Currency converter
All news
News Search Topics
Use filter
You can filter your feed,
by choosing only interesting

Swedish court rejects Russian appeal against trade representation sales

March 18, 2014, 2:38 UTC+3 STOCKHOLM
1 pages in this article

STOCKHOLM, March 18, /ITAR-TASS/. The court of original jurisdiction in the Stockholm suburb Nacka has rejected Russia’s appeal against forced sale of the Russian Trade Representation in Sweden’s dwelling house on February 18. The house has been sold by Sweden's collection authority.

The court has also rejected Russia’s request for a new trial with the participation of professional lawyers and without associated judges, the court’s department for land and ecological lawsuits told Itar-Tass on Monday. The collection authority’s actions are based on the Swedish Supreme Court’s ruling (July 2011) saying one of the reasons why the trade representation’s house should be sold is that most of the residents are not diplomats.

The verdict can be challenged by April 3, 2014 in the Svea Court of Appeal, which should first agree to admit the case for examination, said the court.

The house was sold for 20.5 million kronor, or 2.2 million euros following the court hearing at the request of a German entrepreneur, Franz Sedelmayer, who demands Russia pay about 5 million euros in compensation for the investments he lost while trying to start a business in St. Petersburg in the 1990s.

According to the rules, new owners will formally come into possession on March 27. The collection agency had warned the bidders a day before the auction it would not be able to assist in physical accession of property rights.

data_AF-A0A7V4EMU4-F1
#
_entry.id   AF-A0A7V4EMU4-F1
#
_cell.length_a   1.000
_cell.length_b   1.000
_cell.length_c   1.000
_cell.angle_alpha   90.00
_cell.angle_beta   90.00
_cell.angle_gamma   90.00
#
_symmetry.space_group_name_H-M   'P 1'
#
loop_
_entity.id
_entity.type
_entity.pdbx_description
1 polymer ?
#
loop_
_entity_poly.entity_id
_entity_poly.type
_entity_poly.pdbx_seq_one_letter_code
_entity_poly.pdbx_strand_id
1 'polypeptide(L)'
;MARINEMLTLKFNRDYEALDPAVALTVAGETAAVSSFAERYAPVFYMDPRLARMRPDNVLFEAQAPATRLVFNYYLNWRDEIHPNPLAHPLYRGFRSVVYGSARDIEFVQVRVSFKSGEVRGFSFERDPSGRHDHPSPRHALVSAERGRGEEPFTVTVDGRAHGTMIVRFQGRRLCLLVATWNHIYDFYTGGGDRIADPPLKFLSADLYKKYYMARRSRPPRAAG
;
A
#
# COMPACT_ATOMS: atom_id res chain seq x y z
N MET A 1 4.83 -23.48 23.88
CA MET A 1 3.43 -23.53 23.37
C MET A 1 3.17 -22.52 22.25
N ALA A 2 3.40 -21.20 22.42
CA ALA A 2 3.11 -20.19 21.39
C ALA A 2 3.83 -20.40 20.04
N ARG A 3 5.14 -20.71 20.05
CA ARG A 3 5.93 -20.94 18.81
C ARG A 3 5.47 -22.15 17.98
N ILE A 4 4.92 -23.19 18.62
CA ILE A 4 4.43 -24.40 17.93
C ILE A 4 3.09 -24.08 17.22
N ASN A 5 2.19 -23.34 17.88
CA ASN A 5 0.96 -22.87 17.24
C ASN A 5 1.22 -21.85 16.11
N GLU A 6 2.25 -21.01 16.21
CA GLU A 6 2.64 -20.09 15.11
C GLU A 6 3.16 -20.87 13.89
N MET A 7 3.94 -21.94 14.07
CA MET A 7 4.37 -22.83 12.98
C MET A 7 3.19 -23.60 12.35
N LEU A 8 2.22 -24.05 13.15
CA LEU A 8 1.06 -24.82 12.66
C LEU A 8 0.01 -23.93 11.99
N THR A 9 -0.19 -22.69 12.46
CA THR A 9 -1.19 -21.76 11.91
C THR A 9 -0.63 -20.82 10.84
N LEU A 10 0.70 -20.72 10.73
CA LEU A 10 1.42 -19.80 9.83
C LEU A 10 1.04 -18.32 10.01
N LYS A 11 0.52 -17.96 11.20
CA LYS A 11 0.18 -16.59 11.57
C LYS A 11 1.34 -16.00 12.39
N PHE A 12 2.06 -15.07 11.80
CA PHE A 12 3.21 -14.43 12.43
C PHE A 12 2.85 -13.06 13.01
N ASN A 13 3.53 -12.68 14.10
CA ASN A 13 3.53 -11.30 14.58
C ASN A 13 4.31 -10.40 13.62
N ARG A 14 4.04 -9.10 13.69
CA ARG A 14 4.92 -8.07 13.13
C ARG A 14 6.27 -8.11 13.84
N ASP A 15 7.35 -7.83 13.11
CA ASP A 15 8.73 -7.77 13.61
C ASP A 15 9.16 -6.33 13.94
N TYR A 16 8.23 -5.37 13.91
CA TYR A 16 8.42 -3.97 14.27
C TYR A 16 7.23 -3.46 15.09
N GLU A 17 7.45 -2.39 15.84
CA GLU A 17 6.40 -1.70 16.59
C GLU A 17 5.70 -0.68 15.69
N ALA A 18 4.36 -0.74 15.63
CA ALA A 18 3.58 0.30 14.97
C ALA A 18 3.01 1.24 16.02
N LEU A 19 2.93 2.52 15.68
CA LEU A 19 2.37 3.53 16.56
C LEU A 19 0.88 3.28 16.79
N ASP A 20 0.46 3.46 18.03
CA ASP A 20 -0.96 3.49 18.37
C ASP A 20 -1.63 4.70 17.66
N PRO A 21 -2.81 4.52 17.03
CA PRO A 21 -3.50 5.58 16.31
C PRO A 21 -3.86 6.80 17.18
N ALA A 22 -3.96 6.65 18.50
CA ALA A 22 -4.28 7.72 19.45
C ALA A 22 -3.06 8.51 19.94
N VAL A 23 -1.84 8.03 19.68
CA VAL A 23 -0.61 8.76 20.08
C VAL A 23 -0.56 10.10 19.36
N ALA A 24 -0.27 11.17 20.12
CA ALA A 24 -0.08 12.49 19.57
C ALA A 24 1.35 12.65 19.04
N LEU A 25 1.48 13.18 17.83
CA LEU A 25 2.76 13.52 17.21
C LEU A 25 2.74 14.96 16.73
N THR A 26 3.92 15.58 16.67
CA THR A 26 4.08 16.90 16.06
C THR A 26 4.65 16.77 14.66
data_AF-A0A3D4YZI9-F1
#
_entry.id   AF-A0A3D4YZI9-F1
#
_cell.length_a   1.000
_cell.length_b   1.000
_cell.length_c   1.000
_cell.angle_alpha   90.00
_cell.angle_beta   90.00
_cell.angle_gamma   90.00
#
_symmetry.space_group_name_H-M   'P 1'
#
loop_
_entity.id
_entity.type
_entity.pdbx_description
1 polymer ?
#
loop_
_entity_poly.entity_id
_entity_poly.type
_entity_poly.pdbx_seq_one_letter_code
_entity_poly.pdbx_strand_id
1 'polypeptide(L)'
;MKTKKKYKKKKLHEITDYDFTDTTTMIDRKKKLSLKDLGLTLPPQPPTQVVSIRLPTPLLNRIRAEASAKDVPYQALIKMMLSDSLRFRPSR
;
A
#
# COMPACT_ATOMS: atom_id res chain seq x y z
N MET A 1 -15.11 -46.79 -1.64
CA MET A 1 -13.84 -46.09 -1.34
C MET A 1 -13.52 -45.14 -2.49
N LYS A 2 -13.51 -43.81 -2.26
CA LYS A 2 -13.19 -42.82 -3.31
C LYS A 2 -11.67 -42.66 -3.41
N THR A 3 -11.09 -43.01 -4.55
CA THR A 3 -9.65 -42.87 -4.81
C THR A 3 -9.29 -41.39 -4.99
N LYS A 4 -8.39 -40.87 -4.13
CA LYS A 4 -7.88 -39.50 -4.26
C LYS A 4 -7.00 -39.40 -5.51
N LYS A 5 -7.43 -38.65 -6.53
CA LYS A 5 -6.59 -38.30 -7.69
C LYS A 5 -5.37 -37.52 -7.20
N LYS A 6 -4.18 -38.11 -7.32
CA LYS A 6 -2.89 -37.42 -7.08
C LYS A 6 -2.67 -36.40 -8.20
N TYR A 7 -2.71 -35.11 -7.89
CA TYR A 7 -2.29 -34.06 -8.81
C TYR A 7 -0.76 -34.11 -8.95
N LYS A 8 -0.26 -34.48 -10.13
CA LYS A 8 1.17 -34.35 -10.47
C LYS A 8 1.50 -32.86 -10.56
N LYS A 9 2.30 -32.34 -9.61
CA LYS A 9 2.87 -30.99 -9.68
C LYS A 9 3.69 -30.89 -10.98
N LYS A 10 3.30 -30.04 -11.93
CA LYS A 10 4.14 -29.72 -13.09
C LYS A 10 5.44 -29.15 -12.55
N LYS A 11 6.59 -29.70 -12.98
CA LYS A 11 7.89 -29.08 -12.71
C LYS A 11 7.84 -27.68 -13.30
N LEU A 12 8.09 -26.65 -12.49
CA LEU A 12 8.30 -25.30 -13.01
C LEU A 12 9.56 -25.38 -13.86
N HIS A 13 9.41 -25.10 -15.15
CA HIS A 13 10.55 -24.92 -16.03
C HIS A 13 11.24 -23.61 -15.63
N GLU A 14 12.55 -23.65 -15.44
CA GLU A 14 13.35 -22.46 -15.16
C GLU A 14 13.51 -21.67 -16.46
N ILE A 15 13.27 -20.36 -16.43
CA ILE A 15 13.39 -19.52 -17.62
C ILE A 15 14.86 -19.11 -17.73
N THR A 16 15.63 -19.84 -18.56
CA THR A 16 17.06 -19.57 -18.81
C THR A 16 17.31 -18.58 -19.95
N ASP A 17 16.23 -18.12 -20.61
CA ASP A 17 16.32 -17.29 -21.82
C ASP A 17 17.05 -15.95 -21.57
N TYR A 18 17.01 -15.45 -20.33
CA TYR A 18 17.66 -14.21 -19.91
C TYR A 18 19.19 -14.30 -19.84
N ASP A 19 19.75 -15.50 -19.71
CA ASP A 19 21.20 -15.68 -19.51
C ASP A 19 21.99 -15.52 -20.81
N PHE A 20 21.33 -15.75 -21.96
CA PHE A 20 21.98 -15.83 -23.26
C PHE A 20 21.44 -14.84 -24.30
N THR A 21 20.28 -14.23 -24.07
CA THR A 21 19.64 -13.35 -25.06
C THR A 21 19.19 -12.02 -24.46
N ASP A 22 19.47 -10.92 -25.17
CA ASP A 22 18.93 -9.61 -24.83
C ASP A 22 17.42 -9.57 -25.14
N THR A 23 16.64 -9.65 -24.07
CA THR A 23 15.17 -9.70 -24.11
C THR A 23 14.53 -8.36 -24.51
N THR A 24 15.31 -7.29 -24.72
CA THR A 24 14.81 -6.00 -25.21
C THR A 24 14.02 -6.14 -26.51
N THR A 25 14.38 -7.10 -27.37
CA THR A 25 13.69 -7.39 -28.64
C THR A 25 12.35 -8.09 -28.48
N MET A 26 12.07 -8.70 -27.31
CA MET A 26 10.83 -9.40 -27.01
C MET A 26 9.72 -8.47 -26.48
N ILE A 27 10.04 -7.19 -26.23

Meanwhile, Russia did not recognise the legitimacy of either the Supreme Court’s ruling or of the auction.

“Any conscientious buyer aware of the controversy would hardly dare buy the Russian property, unless the ultimate aim is a provocation,” the Russian ambassador to Sweden Igor Neverov said. He added Russia “does not accept the auction’s legitimacy, will not admit strangers to its sovereign property” and the residents “will not leave the building” as it is a property of the Russian diplomatic mission, and its residents, employees and their families, have diplomatic immunity.

“We also find it very strange that it is Sweden enjoying a status of international law partisan that resorted to a procedure to claim debt repayment in favour of a person that is not even Swedish citizen and has no permanent residence in the country, a procedure which is dubious, to say the least,” said the Russian embassy.

“According to the Vienna convention, ‘the receiving State is under a special duty to take all appropriate steps to protect the premises of the mission against any intrusion or damage and to prevent any disturbance of the peace of the mission or impairment of its dignity’.

Show more
In other media
Partner News